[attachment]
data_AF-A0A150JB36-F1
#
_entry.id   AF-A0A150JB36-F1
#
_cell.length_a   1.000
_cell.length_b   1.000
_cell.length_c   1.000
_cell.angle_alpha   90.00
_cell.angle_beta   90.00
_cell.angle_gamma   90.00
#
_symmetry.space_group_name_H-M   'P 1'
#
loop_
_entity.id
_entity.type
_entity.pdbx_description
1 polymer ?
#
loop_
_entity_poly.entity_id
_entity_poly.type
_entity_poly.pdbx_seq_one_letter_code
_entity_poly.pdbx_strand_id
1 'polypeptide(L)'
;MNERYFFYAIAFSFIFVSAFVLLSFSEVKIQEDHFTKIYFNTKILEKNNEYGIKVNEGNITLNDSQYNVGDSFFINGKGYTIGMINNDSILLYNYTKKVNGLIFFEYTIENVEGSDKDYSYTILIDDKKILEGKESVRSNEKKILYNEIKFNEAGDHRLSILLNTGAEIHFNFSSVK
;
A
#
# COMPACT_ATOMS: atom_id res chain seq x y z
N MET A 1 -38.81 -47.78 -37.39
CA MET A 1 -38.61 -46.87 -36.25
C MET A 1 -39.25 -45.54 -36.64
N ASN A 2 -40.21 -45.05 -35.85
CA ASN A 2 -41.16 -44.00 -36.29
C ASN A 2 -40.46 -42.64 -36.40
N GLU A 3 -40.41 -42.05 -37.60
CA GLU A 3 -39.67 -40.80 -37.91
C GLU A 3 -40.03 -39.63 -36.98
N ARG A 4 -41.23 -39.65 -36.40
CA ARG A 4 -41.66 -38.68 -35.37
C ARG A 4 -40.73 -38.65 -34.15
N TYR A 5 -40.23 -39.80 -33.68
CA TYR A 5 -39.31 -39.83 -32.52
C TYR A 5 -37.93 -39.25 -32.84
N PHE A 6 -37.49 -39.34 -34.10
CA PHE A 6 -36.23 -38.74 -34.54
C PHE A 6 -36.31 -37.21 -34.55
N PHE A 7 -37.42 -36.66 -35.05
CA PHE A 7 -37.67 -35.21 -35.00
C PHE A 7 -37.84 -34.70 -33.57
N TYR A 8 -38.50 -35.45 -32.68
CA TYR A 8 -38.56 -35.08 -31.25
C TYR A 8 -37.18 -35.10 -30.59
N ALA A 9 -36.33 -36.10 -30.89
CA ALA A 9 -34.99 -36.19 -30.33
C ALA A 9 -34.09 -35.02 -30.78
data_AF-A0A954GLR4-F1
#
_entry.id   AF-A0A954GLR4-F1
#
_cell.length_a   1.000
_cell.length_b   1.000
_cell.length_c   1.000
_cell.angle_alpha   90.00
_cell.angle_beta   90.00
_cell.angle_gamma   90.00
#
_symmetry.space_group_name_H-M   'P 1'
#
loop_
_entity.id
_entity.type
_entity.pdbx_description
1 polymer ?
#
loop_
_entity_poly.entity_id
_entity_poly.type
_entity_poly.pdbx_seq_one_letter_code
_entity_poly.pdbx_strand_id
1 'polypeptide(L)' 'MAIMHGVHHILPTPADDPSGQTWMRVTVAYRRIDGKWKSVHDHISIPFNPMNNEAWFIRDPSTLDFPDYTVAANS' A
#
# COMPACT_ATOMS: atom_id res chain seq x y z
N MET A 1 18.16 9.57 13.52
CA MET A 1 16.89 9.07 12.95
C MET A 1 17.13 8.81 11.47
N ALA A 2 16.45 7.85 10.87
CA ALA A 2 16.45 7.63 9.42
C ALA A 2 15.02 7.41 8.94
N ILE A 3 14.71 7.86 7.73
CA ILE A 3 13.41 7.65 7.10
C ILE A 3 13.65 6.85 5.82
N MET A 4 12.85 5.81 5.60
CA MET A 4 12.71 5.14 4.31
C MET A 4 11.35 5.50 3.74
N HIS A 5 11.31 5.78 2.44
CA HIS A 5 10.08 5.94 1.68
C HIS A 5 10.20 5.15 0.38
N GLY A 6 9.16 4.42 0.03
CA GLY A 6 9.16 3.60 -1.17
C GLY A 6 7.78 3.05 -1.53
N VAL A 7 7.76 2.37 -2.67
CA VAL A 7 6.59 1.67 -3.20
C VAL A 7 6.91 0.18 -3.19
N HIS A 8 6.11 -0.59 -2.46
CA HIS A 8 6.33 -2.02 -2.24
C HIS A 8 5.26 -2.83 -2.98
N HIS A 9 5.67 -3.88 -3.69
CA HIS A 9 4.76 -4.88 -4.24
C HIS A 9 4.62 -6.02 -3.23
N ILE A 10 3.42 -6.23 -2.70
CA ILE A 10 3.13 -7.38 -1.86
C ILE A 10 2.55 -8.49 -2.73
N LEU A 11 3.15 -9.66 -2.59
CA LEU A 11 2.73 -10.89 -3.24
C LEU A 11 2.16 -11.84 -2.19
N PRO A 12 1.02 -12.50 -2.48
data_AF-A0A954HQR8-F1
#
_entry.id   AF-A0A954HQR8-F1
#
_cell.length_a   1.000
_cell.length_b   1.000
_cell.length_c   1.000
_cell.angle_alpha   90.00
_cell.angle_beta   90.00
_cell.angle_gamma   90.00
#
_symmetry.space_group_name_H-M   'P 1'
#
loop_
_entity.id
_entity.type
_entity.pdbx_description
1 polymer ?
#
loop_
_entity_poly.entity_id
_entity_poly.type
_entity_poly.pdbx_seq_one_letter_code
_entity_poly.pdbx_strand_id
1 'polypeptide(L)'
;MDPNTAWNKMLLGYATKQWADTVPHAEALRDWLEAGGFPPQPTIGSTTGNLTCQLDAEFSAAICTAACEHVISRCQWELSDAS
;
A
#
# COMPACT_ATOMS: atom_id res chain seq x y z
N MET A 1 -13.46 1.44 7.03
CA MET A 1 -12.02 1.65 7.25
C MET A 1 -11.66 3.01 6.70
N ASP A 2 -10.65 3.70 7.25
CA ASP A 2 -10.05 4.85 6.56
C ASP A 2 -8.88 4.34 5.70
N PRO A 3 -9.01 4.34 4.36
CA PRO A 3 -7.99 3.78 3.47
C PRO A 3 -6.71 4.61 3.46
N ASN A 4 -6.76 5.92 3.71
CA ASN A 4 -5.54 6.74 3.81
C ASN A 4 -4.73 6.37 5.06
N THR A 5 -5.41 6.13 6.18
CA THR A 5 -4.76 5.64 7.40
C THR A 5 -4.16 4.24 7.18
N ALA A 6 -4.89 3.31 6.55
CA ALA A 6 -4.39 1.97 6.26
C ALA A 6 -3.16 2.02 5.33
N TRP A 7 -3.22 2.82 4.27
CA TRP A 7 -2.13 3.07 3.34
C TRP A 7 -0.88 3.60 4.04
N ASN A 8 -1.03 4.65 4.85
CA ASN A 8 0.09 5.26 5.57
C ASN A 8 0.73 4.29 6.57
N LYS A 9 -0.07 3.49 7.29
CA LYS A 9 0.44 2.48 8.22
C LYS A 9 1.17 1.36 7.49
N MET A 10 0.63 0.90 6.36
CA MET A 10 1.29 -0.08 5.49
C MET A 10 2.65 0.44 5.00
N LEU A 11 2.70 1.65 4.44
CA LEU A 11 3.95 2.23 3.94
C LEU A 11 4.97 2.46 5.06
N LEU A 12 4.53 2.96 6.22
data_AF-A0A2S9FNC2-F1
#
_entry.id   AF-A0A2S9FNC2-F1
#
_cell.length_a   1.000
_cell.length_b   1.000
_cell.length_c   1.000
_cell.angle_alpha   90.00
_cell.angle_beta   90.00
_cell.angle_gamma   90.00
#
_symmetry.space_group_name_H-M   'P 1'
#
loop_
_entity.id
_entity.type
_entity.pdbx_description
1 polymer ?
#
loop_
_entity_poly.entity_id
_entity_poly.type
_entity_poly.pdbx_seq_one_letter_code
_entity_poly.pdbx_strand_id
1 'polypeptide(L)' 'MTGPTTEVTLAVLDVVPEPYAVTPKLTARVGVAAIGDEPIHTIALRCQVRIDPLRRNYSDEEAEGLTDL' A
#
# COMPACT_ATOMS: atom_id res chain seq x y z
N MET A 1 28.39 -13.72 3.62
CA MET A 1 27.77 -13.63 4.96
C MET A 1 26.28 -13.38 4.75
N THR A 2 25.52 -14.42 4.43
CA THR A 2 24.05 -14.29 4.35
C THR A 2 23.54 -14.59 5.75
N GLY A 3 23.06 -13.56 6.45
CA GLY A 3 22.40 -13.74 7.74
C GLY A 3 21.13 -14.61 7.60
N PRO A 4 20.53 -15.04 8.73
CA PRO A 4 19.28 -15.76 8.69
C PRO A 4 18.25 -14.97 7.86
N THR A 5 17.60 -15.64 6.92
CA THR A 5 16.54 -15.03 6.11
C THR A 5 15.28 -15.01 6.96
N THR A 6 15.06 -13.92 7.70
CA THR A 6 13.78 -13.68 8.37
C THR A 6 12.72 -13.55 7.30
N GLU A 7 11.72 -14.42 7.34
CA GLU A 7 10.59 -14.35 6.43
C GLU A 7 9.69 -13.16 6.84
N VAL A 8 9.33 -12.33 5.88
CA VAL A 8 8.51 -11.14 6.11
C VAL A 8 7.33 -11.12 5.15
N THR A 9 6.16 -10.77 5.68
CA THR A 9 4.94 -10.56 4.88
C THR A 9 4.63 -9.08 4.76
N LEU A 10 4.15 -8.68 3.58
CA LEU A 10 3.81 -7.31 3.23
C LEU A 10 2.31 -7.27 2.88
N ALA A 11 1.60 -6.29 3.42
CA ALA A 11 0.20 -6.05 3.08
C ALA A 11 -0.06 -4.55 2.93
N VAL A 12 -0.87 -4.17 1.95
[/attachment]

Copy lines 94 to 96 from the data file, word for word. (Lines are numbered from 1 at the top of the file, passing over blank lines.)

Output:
N MET A 4 12.85 5.81 5.60
CA MET A 4 12.71 5.14 4.31
C MET A 4 11.35 5.50 3.74